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Top 5 ACA Reporting Challenges to Avoid This Season

By John H. Capobianco, President and CMO of HCIactive

The July 31st deadline for ACA reporting passed this year with an audible sigh of relief. For most companies, complying with the IRS reporting requirements was more difficult than expected, and they wound up outsourcing the process to payroll, benefits administration, or ACA reporting vendors. As one of those ACA reporting vendors responding to the call of duty, we at HCIactive witnessed and successfully addressed the challenges these companies faced. The good news is that these challenges were categorically similar and easily preventable.

Below are the top five ACA reporting challenges that companies experienced last season:


Companies have long recognized that what the IRS defines as a full-time equivalent differs from what companies typically consider a full-time employee. Companies understood that they had to offer health insurance to workers who might not have qualified under in-house definitions, but when it came to documenting who those people were, and whether they received coverage, things got complicated. There were more employees who fell outside of standard definitions than expected, and it was not that straightforward to confirm who they were. The government offered more than one way to determine if someone is “full-time”, but neither method reflected how workers and their hours are represented within common payroll and benefits systems. This complexity created a lot of manual analysis and second-guessing.


In-house systems don’t “speak” ACA—they are not set up to keep track of everything your company needs to know to efficiently comply with the law. The difficulty of knowing who qualifies as full-time is just one of the tracking failures uncovered during the reporting process. Other tracking issues have to do with who was offered coverage, who accepted, and who rejected, who has taken a sabbatical or a leave of absence, or is out on disability. Some salaried employees sometimes produced ACA anomalies, as did seasonal employees or contractors whose hours flex up and down. This latter group may qualify based on a high-work period, but then have their average hours drop and not rise again within the timeframe necessary to maintain eligibility. Depending on how a company is tracking and when it runs the report, it may be out of compliance and not even know it.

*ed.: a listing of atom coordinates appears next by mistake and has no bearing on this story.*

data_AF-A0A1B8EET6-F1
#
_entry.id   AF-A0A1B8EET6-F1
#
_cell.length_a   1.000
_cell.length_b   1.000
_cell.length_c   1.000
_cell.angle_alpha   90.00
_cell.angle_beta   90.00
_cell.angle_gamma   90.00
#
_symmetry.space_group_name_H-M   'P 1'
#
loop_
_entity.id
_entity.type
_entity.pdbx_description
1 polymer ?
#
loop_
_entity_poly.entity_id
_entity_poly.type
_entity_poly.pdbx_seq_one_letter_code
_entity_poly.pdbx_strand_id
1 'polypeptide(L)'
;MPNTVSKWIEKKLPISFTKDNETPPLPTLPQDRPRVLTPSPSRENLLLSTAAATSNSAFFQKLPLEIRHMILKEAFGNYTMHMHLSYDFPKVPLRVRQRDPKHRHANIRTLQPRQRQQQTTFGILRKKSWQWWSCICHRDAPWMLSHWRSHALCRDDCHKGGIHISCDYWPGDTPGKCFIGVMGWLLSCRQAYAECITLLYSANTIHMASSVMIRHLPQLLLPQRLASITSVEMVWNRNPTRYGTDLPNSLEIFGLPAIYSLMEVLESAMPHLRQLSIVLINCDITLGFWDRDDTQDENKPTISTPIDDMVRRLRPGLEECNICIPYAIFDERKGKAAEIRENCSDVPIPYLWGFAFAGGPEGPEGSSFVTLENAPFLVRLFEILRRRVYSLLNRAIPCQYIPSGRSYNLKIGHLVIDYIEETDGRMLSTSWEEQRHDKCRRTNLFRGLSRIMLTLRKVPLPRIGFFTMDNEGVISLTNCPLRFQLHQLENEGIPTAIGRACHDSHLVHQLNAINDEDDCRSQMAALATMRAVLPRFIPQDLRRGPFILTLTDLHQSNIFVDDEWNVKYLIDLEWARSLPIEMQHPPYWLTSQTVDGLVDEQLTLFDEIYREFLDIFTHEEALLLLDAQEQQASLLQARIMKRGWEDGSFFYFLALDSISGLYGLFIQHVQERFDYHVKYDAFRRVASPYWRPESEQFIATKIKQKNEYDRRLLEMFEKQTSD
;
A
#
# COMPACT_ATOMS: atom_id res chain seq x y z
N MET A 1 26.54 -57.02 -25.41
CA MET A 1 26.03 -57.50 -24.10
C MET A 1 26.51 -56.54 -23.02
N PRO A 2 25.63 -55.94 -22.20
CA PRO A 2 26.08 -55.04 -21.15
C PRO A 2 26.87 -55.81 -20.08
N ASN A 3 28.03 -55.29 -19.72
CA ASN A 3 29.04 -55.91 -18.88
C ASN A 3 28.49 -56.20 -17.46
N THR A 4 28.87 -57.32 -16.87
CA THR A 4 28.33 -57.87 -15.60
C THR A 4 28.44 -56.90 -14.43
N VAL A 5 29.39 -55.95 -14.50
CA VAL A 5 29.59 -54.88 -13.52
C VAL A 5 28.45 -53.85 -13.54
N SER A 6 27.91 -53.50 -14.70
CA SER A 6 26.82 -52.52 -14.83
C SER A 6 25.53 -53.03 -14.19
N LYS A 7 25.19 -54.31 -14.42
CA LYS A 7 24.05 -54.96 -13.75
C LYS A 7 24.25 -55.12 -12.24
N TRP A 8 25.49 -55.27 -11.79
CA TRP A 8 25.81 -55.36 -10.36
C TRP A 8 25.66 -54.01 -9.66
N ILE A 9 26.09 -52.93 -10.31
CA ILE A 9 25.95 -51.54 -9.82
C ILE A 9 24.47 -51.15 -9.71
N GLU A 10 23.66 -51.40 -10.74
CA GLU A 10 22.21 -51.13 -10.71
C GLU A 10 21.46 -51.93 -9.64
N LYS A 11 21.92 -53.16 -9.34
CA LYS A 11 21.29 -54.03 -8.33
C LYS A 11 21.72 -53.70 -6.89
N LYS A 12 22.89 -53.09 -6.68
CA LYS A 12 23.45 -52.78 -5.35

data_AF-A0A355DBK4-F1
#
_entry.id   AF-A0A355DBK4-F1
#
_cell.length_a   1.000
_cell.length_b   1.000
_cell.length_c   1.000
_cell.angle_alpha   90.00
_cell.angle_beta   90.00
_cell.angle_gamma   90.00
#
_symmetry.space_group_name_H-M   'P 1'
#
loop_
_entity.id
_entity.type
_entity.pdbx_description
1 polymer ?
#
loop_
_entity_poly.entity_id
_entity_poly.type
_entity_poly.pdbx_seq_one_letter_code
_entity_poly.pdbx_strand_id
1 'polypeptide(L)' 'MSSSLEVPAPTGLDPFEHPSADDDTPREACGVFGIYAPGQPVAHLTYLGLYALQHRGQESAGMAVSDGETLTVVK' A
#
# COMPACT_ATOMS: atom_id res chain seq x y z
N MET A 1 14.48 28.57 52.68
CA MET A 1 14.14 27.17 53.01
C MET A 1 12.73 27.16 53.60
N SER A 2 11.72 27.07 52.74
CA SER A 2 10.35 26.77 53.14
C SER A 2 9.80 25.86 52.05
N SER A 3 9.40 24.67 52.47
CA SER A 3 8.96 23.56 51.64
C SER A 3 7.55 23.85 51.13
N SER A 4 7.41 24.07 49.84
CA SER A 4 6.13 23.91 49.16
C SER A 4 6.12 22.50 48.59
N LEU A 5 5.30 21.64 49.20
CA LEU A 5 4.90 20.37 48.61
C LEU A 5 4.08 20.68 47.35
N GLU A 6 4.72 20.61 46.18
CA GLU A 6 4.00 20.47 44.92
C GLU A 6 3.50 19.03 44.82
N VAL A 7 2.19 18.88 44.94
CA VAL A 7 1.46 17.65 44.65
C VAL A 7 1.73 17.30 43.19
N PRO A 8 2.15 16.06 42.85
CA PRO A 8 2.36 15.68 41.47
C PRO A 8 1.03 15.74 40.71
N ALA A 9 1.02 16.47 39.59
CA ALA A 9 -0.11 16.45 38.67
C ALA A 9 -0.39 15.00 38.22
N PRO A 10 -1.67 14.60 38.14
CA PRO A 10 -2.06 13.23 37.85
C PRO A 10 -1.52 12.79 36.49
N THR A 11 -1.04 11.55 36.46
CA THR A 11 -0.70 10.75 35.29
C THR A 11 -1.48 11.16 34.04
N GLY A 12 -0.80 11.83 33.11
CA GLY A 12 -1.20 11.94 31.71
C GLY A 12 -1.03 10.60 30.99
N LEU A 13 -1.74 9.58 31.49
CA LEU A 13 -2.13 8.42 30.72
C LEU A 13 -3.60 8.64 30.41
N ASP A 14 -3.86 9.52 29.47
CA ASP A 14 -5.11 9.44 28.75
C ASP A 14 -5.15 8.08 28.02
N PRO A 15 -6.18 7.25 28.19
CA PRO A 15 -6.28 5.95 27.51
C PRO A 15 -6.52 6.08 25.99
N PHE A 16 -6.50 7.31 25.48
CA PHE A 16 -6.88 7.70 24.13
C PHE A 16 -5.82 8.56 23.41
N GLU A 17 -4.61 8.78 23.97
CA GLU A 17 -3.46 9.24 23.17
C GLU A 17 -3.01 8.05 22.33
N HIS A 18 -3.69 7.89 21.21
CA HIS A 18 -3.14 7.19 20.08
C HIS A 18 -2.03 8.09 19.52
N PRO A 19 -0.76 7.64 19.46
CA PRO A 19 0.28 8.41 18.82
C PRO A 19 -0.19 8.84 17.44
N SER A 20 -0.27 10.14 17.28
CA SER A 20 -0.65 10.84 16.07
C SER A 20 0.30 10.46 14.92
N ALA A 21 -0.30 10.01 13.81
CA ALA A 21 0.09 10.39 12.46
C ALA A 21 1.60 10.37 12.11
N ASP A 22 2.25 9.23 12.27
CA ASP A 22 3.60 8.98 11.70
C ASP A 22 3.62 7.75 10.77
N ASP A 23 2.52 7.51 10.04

The IRS forms 1094 and 1095-C were not easy to complete. The information entered on those forms needed to be recorded as specific codes. The codes reflected an employee’s status, their eligibility for certain plans, whether the employee enrolled and whether they qualified for an affordability safe harbor, among other details. Companies were challenged by the effort of choosing the right code. Technology might have helped, however their systems weren’t ACA compatible and many still aren’t.

Few if any companies have HR, payroll, benefits administration, or other in-house systems capable of reporting employee-related information in terms that can be easily queried and converted into those codes. More commonly these systems report data in native formats that differ even from each other. It’s no wonder that filling out the forms ended up being much more difficult than companies thought.


Finally, you document everything you need, code it accordingly, and transmit the whole package to the IRS, only to see that dreaded message: ERROR. Even companies with the best of intentions and the most ACA-friendly systems still encountered errors in transmitting their forms. The IRS’ electronic submission platform gets a lot of blame for the error frequency, but there is good reason to suspect that most of the errors are the result of dirty data. Employee record systems sometime contain incorrect information. The wrong birth year for an employee, or an incorrectly transposed social security number, or a misspelled name—any anomalies will flag that ERROR message.


As the deadline approached, employers realized they were in over their heads and turned to trusted service providers to help. It was logical to think that benefits administrators, payroll companies, and other third parties would know how to help, and many jumped on the business opportunity. Unfortunately, the lack of experience that employers had with the reporting requirements extended to third parties as well. This was the first time for everyone. The same challenges around tracking, translating data into the right codes for the forms, and data access applied as much, if not more, to third parties as to the employer itself.


The challenges companies faced for 2016 share a common theme—they all stemmed from a lack of knowledge and technology needed to define, track, record, and report information about their employees.

Experiences from the past should make companies better equipped to address the challenges ahead. Most companies know by now that the process is not one that is best handled manually or in-house, but rather outsourced to experienced ACA reporting vendors. A trustworthy vendor should provide expertise, along with the integrated technology needed to execute and provide a system of record for tracking, reporting and filing the required information and forms. Additionally, with the last season behind us, the vendor should have a proven track record for achieving a high IRS acceptance rate for its current clients proving that their technology actually works.

To learn more about the tips and technology needed to overcome ACA reporting challenges contact us today!

HCIactive relieves administrative burden and takes the guesswork out of ACA reporting and compliance with a robust integrated technology solution.


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